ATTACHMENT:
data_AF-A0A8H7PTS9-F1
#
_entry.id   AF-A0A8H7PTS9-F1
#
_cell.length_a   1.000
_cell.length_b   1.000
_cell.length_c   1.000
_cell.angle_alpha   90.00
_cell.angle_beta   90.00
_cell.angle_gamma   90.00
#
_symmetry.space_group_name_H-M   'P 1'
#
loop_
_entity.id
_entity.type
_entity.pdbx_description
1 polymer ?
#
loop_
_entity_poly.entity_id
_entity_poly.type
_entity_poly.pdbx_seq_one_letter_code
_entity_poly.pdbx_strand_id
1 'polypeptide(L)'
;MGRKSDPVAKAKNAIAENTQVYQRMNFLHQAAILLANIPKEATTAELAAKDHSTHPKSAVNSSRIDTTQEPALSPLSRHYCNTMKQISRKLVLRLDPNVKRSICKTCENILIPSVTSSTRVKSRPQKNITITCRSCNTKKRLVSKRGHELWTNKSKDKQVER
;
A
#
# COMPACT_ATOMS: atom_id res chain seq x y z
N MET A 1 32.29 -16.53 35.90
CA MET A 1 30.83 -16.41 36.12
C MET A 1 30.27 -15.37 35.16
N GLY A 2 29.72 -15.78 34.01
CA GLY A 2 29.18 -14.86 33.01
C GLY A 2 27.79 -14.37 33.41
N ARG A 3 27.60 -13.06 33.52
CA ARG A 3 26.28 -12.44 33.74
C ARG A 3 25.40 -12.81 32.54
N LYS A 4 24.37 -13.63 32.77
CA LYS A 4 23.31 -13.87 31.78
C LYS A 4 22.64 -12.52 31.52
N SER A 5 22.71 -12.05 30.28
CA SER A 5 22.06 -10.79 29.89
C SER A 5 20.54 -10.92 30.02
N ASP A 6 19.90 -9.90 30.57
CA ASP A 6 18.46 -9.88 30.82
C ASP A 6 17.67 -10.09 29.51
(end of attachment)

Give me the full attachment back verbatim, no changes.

data_AF-A0A8H7PTS9-F1
#
_entry.id   AF-A0A8H7PTS9-F1
#
_cell.length_a   1.000
_cell.length_b   1.000
_cell.length_c   1.000
_cell.angle_alpha   90.00
_cell.angle_beta   90.00
_cell.angle_gamma   90.00
#
_symmetry.space_group_name_H-M   'P 1'
#
loop_
_entity.id
_entity.type
_entity.pdbx_description
1 polymer ?
#
loop_
_entity_poly.entity_id
_entity_poly.type
_entity_poly.pdbx_seq_one_letter_code
_entity_poly.pdbx_strand_id
1 'polypeptide(L)'
;MGRKSDPVAKAKNAIAENTQVYQRMNFLHQAAILLANIPKEATTAELAAKDHSTHPKSAVNSSRIDTTQEPALSPLSRHYCNTMKQISRKLVLRLDPNVKRSICKTCENILIPSVTSSTRVKSRPQKNITITCRSCNTKKRLVSKRGHELWTNKSKDKQVER
;
A
#
# COMPACT_ATOMS: atom_id res chain seq x y z
N MET A 1 32.29 -16.53 35.90
CA MET A 1 30.83 -16.41 36.12
C MET A 1 30.27 -15.37 35.16
N GLY A 2 29.72 -15.78 34.01
CA GLY A 2 29.18 -14.86 33.01
C GLY A 2 27.79 -14.37 33.41
N ARG A 3 27.60 -13.06 33.52
CA ARG A 3 26.28 -12.44 33.74
C ARG A 3 25.40 -12.81 32.54
N LYS A 4 24.37 -13.63 32.77
CA LYS A 4 23.31 -13.87 31.78
C LYS A 4 22.64 -12.52 31.52
N SER A 5 22.71 -12.05 30.28
CA SER A 5 22.06 -10.79 29.89
C SER A 5 20.54 -10.92 30.02
N ASP A 6 19.90 -9.90 30.57
CA ASP A 6 18.46 -9.88 30.82
C ASP A 6 17.67 -10.09 29.51